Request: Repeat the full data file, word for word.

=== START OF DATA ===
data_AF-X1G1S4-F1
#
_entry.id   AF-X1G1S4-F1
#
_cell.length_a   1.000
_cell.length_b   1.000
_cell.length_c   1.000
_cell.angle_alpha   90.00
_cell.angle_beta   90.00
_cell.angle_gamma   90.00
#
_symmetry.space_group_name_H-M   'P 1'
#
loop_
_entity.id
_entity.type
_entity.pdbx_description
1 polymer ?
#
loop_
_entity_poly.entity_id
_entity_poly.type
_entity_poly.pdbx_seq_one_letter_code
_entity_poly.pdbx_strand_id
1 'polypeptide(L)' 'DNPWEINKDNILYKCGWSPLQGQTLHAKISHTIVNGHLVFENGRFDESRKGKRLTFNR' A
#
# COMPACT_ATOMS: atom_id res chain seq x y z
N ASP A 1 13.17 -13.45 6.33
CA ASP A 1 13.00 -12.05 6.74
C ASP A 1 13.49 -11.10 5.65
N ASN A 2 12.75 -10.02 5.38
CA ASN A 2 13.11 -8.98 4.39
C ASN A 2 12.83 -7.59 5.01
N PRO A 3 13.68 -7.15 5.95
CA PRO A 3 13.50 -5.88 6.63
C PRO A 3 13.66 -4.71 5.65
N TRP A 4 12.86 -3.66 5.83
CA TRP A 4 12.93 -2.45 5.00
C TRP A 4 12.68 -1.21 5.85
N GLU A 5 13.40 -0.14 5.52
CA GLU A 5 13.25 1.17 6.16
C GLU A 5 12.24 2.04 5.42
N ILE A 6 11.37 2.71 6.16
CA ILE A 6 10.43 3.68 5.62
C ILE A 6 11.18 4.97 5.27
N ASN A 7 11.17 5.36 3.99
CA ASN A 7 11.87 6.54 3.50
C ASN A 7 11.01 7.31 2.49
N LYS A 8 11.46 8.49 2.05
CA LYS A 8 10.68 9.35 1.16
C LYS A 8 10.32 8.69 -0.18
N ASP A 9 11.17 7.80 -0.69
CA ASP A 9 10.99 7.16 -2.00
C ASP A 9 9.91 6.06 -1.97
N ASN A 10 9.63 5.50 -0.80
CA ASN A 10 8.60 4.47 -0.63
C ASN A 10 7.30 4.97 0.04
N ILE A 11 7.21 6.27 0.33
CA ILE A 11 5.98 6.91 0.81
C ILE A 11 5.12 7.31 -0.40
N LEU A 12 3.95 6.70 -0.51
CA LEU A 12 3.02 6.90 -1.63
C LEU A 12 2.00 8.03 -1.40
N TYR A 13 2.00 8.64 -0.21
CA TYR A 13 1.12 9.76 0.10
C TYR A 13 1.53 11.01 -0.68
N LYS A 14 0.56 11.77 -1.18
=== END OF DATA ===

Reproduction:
data_AF-X1G1S4-F1
#
_entry.id   AF-X1G1S4-F1
#
_cell.length_a   1.000
_cell.length_b   1.000
_cell.length_c   1.000
_cell.angle_alpha   90.00
_cell.angle_beta   90.00
_cell.angle_gamma   90.00
#
_symmetry.space_group_name_H-M   'P 1'
#
loop_
_entity.id
_entity.type
_entity.pdbx_description
1 polymer ?
#
loop_
_entity_poly.entity_id
_entity_poly.type
_entity_poly.pdbx_seq_one_letter_code
_entity_poly.pdbx_strand_id
1 'polypeptide(L)' 'DNPWEINKDNILYKCGWSPLQGQTLHAKISHTIVNGHLVFENGRFDESRKGKRLTFNR' A
#
# COMPACT_ATOMS: atom_id res chain seq x y z
N ASP A 1 13.17 -13.45 6.33
CA ASP A 1 13.00 -12.05 6.74
C ASP A 1 13.49 -11.10 5.65
N ASN A 2 12.75 -10.02 5.38
CA ASN A 2 13.11 -8.98 4.39
C ASN A 2 12.83 -7.59 5.01
N PRO A 3 13.68 -7.15 5.95
CA PRO A 3 13.50 -5.88 6.63
C PRO A 3 13.66 -4.71 5.65
N TRP A 4 12.86 -3.66 5.83
CA TRP A 4 12.93 -2.45 5.00
C TRP A 4 12.68 -1.21 5.85
N GLU A 5 13.40 -0.14 5.52
CA GLU A 5 13.25 1.17 6.16
C GLU A 5 12.24 2.04 5.42
N ILE A 6 11.37 2.71 6.16
CA ILE A 6 10.43 3.68 5.62
C ILE A 6 11.18 4.97 5.27
N ASN A 7 11.17 5.36 3.99
CA ASN A 7 11.87 6.54 3.50
C ASN A 7 11.01 7.31 2.49
N LYS A 8 11.46 8.49 2.05
CA LYS A 8 10.68 9.35 1.16
C LYS A 8 10.32 8.69 -0.18
N ASP A 9 11.17 7.80 -0.69
CA ASP A 9 10.99 7.16 -2.00
C ASP A 9 9.91 6.06 -1.97
N ASN A 10 9.63 5.50 -0.80
CA ASN A 10 8.60 4.47 -0.63
C ASN A 10 7.30 4.97 0.04
N ILE A 11 7.21 6.27 0.33
CA ILE A 11 5.98 6.91 0.81
C ILE A 11 5.12 7.31 -0.40
N LEU A 12 3.95 6.70 -0.51
CA LEU A 12 3.02 6.90 -1.63
C LEU A 12 2.00 8.03 -1.40
N TYR A 13 2.00 8.64 -0.21
CA TYR A 13 1.12 9.76 0.10
C TYR A 13 1.53 11.01 -0.68
N LYS A 14 0.56 11.77 -1.18